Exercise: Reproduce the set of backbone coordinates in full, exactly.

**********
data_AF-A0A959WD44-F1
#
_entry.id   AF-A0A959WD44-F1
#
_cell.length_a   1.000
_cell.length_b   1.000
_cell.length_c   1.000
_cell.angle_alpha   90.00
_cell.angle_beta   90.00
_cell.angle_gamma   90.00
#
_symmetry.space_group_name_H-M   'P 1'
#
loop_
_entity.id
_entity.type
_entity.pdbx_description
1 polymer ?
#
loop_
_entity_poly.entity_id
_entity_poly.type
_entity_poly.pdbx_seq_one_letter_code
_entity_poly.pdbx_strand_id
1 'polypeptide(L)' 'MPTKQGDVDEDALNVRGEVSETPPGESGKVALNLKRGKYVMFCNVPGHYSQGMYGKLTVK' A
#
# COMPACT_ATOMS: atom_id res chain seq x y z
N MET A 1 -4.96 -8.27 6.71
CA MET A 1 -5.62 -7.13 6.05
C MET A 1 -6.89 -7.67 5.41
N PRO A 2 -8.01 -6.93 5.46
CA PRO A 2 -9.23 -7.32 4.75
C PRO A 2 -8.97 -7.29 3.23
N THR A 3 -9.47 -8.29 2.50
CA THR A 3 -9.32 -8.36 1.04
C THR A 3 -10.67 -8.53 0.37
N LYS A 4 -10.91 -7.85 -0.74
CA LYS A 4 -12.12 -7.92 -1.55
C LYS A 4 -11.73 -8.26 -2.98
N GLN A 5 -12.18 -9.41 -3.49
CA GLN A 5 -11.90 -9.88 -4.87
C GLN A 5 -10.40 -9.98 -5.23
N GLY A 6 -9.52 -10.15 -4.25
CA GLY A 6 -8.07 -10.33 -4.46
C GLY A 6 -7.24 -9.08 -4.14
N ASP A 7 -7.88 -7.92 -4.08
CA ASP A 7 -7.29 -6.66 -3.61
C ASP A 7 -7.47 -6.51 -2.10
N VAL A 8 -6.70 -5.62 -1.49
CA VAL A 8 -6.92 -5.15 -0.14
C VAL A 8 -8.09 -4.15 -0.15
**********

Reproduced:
data_AF-A0A959WD44-F1
#
_entry.id   AF-A0A959WD44-F1
#
_cell.length_a   1.000
_cell.length_b   1.000
_cell.length_c   1.000
_cell.angle_alpha   90.00
_cell.angle_beta   90.00
_cell.angle_gamma   90.00
#
_symmetry.space_group_name_H-M   'P 1'
#
loop_
_entity.id
_entity.type
_entity.pdbx_description
1 polymer ?
#
loop_
_entity_poly.entity_id
_entity_poly.type
_entity_poly.pdbx_seq_one_letter_code
_entity_poly.pdbx_strand_id
1 'polypeptide(L)' 'MPTKQGDVDEDALNVRGEVSETPPGESGKVALNLKRGKYVMFCNVPGHYSQGMYGKLTVK' A
#
# COMPACT_ATOMS: atom_id res chain seq x y z
N MET A 1 -4.96 -8.27 6.71
CA MET A 1 -5.62 -7.13 6.05
C MET A 1 -6.89 -7.67 5.41
N PRO A 2 -8.01 -6.93 5.46
CA PRO A 2 -9.23 -7.32 4.75
C PRO A 2 -8.97 -7.29 3.23
N THR A 3 -9.47 -8.29 2.50
CA THR A 3 -9.32 -8.36 1.04
C THR A 3 -10.67 -8.53 0.37
N LYS A 4 -10.91 -7.85 -0.74
CA LYS A 4 -12.12 -7.92 -1.55
C LYS A 4 -11.73 -8.26 -2.98
N GLN A 5 -12.18 -9.41 -3.49
CA GLN A 5 -11.90 -9.88 -4.87
C GLN A 5 -10.40 -9.98 -5.23
N GLY A 6 -9.52 -10.15 -4.25
CA GLY A 6 -8.07 -10.33 -4.46
C GLY A 6 -7.24 -9.08 -4.14
N ASP A 7 -7.88 -7.92 -4.08
CA ASP A 7 -7.29 -6.66 -3.61
C ASP A 7 -7.47 -6.51 -2.10
N VAL A 8 -6.70 -5.62 -1.49
CA VAL A 8 -6.92 -5.15 -0.14
C VAL A 8 -8.09 -4.15 -0.15